Q: Is there one essential theme you find yourself trying to convey over and over, in your writing, whether for music or otherwise?
A: Once you’ve written a number of books or albums or whatever it is you write, you start to see themes popping up and you can’t help but wonder, “Is that what I’m after?” At the same time, regular themes could indicate a lack of imagination: “Why do I keep writing about this? I hope it’s not all I know!” I’ve caught a few themes, here and there, between the songs and the books, but it always feels like I’m stretching when I find them and I don’t love finding them to begin with. One thing I’m enamored with is “abstract horror”— the idea that anything could be a monster. A coat. A bar. A pool table. A pair of glasses. A point of view. Sometimes I wonder if I look for this extra layer of oddity because I’m trying to bury the themes deeper into the story. But that’s a scared way to write and I really hope I don’t write scared. I want to honest, wide open, and reveal everything, even the embarrassing stuff. In a book, the time you spend with the reader, the relationship between author and reader, is more intense and probably more personal than any other medium. The real you is going to come out anyway, so you may as well present it.
Q: What’s your biggest fear?
A: My biggest fear is that one day I’ll go see a psychic, and we’ll sit across from each other at one of those classic psychic tables with the woven psychic tablecloth. She’ll be telling me how I may come into some fortune soon, how change is on the horizon. And as she talks, giving me these rote sort of predictions, she’ll slip me a piece of paper, without acknowledging it. She’ll keep on talking, but now I have this note in front of me. As she goes on, I read it and it says: There is someone standing next to you, he’s staring at you, and I think he’s been staring at you your entire life.
Q: What research, if any, did you do for the book?
A: In the rough draft, there was no mention of “real” concerns; electricity, water, food. I wanted to pull off this “encounter” story without spending any time on physical needs. Who cares how Malorie eats! Let’s find out how she feels about Don! But after a couple read-throughs, the facts kept nagging at my shirt-sleeves. So I ended up doing some research, but not much. Too many facts make me nervous. My friend Mark once wrote a great song lyric that I think about all the time: “You’re more loved in fiction than you are in fact.” I try and stick to that idea.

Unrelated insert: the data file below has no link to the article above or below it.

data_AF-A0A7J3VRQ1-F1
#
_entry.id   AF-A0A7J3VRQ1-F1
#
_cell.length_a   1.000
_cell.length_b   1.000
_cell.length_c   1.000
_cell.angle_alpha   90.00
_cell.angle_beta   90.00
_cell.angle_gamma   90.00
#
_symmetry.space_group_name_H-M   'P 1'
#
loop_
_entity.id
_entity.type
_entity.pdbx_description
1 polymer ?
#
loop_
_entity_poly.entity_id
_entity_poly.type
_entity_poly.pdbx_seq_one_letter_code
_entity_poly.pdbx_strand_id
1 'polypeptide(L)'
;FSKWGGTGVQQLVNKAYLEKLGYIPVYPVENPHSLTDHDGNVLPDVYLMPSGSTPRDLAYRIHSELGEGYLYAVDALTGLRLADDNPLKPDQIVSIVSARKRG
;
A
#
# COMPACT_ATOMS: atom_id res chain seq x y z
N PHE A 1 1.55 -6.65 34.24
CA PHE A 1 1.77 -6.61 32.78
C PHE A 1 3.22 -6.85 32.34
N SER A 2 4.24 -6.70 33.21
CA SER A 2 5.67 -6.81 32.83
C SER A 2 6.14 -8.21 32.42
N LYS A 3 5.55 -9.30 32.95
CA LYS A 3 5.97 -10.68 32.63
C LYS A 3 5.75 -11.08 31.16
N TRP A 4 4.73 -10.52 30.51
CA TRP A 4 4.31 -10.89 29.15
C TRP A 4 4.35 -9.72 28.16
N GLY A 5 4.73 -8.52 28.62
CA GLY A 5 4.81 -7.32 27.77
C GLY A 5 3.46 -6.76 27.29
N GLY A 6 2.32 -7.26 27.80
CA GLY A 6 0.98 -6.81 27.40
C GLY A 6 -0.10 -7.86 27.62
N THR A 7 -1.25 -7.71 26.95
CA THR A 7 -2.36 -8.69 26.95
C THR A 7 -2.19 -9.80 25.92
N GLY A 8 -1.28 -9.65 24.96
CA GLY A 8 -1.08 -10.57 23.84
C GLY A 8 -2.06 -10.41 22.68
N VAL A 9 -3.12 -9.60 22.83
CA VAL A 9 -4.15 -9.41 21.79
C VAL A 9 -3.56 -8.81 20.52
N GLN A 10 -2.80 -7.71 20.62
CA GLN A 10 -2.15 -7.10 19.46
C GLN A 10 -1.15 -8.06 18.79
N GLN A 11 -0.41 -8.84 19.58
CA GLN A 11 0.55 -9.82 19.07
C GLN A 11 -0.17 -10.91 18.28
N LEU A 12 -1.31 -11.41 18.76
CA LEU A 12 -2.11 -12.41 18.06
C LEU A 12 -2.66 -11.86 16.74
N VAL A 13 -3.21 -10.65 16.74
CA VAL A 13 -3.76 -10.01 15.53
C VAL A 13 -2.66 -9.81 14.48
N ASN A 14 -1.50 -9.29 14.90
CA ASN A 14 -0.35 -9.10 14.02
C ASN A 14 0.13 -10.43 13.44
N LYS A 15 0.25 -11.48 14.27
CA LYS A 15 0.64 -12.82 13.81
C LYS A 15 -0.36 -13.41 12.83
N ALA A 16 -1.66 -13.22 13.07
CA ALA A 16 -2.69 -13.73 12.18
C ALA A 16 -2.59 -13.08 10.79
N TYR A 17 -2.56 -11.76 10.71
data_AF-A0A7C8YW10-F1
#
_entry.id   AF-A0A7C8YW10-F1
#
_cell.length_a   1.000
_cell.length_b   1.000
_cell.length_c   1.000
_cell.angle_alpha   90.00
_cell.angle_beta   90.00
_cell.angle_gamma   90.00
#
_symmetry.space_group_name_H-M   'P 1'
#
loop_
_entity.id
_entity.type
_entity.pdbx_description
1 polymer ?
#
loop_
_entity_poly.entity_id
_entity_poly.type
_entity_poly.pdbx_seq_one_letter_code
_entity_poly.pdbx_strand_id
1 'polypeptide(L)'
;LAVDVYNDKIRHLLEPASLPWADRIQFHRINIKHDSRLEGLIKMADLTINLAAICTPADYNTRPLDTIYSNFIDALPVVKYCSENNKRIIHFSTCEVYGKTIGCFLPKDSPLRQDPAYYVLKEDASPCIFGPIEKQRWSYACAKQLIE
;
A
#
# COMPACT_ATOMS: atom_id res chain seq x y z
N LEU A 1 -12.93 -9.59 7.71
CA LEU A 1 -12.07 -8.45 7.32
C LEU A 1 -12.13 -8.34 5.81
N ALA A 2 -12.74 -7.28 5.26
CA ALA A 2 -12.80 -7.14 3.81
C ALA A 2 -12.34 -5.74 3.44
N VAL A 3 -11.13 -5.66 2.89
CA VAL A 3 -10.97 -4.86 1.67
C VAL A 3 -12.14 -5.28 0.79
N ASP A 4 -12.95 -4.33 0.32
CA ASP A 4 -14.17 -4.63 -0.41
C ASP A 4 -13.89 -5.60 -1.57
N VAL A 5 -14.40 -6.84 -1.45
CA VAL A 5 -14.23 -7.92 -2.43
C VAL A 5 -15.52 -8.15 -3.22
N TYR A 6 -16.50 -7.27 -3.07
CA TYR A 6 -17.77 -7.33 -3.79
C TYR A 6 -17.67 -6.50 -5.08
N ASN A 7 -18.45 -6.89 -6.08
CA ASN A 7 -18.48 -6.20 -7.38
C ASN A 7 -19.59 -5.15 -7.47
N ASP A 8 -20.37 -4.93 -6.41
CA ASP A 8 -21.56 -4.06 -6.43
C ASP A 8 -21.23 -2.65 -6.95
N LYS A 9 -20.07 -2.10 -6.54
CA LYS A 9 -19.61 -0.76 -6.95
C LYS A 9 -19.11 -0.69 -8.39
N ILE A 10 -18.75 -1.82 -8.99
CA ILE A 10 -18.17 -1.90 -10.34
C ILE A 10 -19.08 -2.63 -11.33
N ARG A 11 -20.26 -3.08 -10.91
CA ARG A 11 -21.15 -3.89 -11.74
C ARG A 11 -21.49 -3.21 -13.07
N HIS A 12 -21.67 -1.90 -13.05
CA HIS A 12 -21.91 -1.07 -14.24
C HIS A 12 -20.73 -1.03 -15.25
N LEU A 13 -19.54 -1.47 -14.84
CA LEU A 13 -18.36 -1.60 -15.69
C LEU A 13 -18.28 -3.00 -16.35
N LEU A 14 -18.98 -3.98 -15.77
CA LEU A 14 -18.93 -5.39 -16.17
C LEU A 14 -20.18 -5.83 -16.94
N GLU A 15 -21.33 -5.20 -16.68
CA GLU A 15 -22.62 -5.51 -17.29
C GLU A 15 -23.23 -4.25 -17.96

Q: Did you blindfold yourself to see what that was like and how difficult it would be doing things?
A: While writing Bird Box I had five finches, and I adored them. I didn’t have the heart to lock them in their cage — they flew around the place freely. After a while you can figure out where they’re gonna’ shit, so you put newspaper in those couple spots and let ’em fly. I’d start writing at about 8 a.m. and I’d go till 11 or noon. All the while, the five birds were flying from one windowsill to another, chirping to one another, pausing to watch the writer, typing away. Often, I’d close my eyes and wander about the apartment. The birds would be sailing by, and I touched more than one mid-flight with my hand. That’s the closest I came to blindfolding myself.